QU confidential: The Undercover Campus Tour

By on April 26, 2006

I pulled my Bay Shore High School track and field sweatshirt on over my head and threw the navy Quinnipiac University bag that I stole from my mom over my arm. I wasn’t on my way to class. I was on my way to playing the part of an eagerly interested high school student on a tour around campus.

I waited outside the admissions office for the first tour to pass. Within five minutes I was standing next to a mother/daughter pair named Diane and Danielle from New Jersey. They chatted about how pretty the bell tower was.

“Well, its Dani’s spring break this week with the Easter holiday and all, so we absolutely had to come up to see the campus. I’d go here just based on the beautiful landscaping!” Diane gushed.

In the cafe, our tour guide talked about the different sections, and then proceeded to tell the group that the cafeteria has tons of different healthy food choices to pick from on a daily basis.

I took the opportunity to raise my hand and ask a question at the Help Desk.

“We’d really use the computers for a lot of the classes here?”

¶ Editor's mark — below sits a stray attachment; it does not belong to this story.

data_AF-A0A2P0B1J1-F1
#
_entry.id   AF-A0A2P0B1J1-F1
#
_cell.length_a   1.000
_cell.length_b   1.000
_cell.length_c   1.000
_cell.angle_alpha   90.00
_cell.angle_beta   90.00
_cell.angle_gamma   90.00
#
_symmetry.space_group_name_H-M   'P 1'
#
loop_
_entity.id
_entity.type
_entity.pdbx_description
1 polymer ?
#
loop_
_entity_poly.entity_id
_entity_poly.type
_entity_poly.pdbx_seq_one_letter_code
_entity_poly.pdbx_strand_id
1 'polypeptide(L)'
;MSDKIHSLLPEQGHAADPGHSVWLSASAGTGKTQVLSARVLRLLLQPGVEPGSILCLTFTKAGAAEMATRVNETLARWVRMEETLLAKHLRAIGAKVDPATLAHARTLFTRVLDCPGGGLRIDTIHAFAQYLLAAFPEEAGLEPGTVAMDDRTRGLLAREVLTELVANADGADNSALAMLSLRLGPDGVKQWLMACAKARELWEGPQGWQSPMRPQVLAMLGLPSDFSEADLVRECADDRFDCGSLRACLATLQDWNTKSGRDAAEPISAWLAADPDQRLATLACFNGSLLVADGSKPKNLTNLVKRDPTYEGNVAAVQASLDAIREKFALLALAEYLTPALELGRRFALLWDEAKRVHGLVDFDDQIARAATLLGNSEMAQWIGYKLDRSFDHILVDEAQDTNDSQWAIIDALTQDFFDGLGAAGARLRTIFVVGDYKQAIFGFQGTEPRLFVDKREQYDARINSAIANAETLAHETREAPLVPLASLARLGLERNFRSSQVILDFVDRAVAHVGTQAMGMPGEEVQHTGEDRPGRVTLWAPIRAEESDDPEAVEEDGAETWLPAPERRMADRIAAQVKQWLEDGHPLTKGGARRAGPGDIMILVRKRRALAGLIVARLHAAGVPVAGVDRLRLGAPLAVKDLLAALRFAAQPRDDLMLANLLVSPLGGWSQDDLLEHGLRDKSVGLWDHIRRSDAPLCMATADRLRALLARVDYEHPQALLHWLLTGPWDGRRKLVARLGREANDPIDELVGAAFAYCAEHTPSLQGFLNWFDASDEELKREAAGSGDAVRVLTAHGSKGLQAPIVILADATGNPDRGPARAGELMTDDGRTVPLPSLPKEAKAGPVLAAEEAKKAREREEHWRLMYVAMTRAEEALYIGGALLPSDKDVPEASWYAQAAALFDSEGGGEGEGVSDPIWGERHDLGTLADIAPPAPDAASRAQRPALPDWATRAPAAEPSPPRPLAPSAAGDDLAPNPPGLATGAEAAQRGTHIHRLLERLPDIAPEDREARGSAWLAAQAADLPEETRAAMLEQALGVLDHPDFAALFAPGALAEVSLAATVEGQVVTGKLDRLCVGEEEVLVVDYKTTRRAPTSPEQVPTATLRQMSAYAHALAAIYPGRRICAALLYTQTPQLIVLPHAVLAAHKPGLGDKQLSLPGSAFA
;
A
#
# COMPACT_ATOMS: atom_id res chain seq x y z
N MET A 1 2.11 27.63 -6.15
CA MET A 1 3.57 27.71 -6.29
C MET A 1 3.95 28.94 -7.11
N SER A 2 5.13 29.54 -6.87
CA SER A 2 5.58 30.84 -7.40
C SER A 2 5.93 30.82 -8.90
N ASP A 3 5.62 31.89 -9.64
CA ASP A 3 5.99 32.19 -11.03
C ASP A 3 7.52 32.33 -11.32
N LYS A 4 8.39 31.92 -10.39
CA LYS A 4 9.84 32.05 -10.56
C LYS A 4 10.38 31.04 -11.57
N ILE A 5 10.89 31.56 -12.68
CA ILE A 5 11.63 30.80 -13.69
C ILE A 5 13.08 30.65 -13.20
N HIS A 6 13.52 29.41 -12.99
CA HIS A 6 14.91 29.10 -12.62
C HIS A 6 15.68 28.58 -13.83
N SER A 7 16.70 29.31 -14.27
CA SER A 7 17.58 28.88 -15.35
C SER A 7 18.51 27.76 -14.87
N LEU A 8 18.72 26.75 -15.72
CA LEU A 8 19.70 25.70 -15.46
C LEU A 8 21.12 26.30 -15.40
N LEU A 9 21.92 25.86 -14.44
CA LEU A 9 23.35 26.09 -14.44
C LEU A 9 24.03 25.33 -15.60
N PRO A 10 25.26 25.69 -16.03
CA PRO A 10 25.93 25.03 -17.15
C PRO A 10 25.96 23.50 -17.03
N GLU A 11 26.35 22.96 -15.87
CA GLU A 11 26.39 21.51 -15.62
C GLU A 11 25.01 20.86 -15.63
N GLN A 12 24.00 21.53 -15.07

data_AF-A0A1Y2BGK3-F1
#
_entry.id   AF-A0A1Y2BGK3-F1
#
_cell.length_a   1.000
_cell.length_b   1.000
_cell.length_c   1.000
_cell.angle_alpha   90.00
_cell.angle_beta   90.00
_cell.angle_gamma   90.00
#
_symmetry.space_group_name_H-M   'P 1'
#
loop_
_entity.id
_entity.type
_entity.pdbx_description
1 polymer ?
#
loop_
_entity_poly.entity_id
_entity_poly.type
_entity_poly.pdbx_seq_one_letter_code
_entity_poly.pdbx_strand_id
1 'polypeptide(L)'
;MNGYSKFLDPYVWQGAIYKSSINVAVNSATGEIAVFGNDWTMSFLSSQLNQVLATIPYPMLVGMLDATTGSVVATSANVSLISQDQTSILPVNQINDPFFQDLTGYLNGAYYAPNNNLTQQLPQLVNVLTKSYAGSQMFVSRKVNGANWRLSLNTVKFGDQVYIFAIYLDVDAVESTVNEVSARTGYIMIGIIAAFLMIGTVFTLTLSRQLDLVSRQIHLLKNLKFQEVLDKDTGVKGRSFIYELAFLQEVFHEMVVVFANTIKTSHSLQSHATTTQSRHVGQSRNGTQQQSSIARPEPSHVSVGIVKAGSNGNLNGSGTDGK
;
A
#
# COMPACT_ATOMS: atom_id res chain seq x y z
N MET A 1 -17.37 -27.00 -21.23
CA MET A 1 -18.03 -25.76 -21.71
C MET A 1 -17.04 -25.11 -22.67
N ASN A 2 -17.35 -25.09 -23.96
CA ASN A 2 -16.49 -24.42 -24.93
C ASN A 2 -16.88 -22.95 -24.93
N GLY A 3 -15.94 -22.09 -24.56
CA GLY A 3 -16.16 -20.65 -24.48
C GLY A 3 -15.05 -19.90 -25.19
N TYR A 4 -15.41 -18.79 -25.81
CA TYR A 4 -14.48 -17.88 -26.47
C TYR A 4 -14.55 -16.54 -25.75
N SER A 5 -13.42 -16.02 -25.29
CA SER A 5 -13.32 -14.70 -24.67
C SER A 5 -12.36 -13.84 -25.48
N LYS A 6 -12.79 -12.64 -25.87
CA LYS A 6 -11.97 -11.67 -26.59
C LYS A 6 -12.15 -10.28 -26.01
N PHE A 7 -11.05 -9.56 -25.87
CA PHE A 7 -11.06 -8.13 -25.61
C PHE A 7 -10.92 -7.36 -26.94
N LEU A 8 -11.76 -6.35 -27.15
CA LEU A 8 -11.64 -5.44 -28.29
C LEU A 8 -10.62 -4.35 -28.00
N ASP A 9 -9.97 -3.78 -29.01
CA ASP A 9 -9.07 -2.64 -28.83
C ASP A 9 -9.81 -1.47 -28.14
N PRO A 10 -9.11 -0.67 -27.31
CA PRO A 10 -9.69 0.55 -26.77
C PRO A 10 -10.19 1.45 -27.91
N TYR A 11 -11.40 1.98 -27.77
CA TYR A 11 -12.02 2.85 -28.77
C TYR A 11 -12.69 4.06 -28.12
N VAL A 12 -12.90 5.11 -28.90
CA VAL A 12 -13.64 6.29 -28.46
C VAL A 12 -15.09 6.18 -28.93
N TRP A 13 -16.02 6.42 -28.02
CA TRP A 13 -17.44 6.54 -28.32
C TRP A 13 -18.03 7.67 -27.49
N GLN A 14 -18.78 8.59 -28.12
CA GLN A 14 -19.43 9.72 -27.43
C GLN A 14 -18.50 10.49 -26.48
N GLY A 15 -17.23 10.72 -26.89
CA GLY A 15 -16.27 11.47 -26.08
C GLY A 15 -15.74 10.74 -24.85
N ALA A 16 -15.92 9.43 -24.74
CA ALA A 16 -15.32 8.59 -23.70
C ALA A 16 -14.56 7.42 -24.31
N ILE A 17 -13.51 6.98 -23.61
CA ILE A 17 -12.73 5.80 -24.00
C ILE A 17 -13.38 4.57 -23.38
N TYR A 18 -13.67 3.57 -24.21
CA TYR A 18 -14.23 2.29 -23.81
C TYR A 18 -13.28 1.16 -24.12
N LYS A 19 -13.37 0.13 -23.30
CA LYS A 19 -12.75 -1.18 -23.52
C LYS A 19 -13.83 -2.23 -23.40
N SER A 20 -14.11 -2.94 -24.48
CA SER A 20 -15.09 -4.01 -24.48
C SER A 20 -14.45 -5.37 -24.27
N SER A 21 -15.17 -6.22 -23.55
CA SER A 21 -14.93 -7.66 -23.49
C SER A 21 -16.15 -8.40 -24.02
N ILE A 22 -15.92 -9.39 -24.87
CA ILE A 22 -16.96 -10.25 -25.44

Our tour guide nodded her head and said, “Definitely. Quinnipiac is very interactive with the computers and many teachers use them during their classes.”

As we approached the dorms, one of the dads asked, “Where do the juniors and seniors live?”

I’m not sure if the tour guide didn’t hear him correctly, but she pointed towards the Hill and Village area and said “Oh, all of that housing is up there, in Hill and Village.”

She quickly transtioned to talking about each dorm regarding rooms, meal plans and bathrooms.

As we passed the security offices and health services, one of the moms closer to the front said, “It’s like you have a hospital and a police office all on campus. How great is that?”

When i noticed the tour was coming to an end, I said goodbye to Danielle. “Whatever, it was nice to meet you, too,” she mumbled.

I wonder what she would think, if she decides to come to Quinnipiac, when she discovers that computers aren’t used in most classes and seniors don’t live on campus.


About Kaitlin Greene